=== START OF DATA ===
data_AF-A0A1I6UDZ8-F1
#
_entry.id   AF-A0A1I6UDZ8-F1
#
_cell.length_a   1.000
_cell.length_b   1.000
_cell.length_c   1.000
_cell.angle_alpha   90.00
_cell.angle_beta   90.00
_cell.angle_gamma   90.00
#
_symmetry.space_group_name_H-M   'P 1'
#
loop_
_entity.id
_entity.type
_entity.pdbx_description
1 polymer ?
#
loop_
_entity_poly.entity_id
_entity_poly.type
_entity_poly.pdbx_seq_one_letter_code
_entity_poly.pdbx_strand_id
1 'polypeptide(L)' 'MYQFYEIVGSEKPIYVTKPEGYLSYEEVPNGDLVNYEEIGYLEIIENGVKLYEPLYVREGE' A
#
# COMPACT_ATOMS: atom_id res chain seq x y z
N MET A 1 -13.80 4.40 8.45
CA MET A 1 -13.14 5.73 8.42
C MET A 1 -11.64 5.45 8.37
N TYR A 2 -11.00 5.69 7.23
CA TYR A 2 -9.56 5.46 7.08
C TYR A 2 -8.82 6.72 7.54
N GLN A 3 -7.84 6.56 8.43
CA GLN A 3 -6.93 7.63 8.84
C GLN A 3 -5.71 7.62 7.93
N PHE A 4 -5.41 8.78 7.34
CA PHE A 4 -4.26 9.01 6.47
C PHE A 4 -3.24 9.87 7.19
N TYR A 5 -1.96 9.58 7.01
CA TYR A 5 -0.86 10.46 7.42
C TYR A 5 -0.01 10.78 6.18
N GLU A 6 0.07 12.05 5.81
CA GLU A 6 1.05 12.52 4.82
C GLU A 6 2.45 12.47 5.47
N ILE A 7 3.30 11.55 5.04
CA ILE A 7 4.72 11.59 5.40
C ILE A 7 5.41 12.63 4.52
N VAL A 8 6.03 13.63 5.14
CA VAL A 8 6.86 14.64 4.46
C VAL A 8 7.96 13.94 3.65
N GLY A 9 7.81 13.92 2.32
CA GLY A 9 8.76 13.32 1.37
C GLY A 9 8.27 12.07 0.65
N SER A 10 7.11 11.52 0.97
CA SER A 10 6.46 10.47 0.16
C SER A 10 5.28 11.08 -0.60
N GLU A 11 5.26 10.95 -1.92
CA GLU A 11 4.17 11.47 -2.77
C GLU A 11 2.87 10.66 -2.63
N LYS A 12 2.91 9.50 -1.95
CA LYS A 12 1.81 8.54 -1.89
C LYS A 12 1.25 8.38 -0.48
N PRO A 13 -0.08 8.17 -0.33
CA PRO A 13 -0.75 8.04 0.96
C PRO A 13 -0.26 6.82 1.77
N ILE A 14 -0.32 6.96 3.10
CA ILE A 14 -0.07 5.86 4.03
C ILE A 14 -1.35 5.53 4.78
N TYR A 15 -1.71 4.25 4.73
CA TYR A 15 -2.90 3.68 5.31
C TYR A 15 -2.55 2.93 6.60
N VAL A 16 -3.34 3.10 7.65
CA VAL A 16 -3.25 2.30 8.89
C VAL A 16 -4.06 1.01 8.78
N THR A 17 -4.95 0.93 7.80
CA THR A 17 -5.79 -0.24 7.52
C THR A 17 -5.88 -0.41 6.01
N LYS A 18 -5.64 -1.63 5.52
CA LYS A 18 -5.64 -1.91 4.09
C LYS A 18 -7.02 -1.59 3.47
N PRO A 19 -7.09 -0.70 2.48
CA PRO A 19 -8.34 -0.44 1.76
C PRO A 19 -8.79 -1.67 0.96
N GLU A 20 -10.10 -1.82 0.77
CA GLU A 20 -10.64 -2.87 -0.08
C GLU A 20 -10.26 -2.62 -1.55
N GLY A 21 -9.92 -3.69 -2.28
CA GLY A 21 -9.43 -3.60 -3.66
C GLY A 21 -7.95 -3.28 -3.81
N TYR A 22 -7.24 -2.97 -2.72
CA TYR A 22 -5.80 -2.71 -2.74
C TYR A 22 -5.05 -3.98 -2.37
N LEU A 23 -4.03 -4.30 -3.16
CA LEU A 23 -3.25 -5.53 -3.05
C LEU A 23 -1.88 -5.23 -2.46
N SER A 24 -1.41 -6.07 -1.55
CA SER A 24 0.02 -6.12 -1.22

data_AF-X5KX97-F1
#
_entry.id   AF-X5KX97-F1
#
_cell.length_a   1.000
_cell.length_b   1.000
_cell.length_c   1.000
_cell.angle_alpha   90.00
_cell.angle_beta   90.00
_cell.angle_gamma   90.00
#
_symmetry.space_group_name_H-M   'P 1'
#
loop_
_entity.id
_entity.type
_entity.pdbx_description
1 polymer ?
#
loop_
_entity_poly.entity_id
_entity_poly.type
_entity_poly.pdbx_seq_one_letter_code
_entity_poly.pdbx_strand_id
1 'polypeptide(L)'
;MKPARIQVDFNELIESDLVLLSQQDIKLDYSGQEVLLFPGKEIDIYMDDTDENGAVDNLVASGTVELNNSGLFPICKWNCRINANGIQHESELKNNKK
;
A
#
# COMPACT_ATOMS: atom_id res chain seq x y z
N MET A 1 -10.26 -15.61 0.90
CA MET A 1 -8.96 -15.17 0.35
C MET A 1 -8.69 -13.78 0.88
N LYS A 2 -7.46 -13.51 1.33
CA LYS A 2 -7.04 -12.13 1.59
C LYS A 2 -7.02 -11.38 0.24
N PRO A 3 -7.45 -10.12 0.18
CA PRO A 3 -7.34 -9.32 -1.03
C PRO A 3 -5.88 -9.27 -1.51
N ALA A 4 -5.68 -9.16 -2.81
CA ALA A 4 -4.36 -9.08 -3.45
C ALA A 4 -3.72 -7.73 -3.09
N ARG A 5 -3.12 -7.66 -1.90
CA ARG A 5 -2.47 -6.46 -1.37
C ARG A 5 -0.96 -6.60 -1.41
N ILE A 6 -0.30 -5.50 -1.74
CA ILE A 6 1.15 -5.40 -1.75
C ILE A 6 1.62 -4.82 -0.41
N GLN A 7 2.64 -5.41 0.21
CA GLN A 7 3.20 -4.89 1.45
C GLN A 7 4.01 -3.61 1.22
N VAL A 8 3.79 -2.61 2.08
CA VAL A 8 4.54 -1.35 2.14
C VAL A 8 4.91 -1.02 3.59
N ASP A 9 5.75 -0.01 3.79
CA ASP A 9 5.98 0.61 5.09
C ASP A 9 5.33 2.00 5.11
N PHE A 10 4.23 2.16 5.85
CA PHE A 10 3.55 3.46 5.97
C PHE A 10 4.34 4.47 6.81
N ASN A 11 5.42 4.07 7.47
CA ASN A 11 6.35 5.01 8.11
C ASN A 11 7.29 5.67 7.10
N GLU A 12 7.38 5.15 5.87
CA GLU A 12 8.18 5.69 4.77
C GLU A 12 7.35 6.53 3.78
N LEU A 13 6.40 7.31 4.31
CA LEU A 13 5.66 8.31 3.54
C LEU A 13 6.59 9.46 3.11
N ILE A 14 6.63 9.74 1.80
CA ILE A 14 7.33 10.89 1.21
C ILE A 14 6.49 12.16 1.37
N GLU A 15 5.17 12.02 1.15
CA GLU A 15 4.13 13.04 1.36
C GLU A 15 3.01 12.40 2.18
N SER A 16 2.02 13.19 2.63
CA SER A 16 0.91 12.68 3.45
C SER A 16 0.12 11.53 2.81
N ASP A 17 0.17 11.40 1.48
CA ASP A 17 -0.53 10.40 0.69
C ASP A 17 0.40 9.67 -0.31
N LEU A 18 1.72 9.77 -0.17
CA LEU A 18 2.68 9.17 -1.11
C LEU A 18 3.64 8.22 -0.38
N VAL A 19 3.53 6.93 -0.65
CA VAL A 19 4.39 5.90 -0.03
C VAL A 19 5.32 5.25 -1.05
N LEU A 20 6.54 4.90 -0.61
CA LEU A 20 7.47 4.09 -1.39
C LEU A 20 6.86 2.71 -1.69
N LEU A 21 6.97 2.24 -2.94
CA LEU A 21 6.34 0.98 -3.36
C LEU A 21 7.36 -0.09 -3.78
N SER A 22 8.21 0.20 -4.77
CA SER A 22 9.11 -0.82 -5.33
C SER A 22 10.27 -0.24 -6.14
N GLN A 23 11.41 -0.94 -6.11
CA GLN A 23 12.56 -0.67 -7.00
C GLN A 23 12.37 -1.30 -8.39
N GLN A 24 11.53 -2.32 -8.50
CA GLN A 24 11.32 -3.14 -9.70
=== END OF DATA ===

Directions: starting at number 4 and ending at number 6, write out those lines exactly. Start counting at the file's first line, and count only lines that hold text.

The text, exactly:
#
_cell.length_a   1.000
_cell.length_b   1.000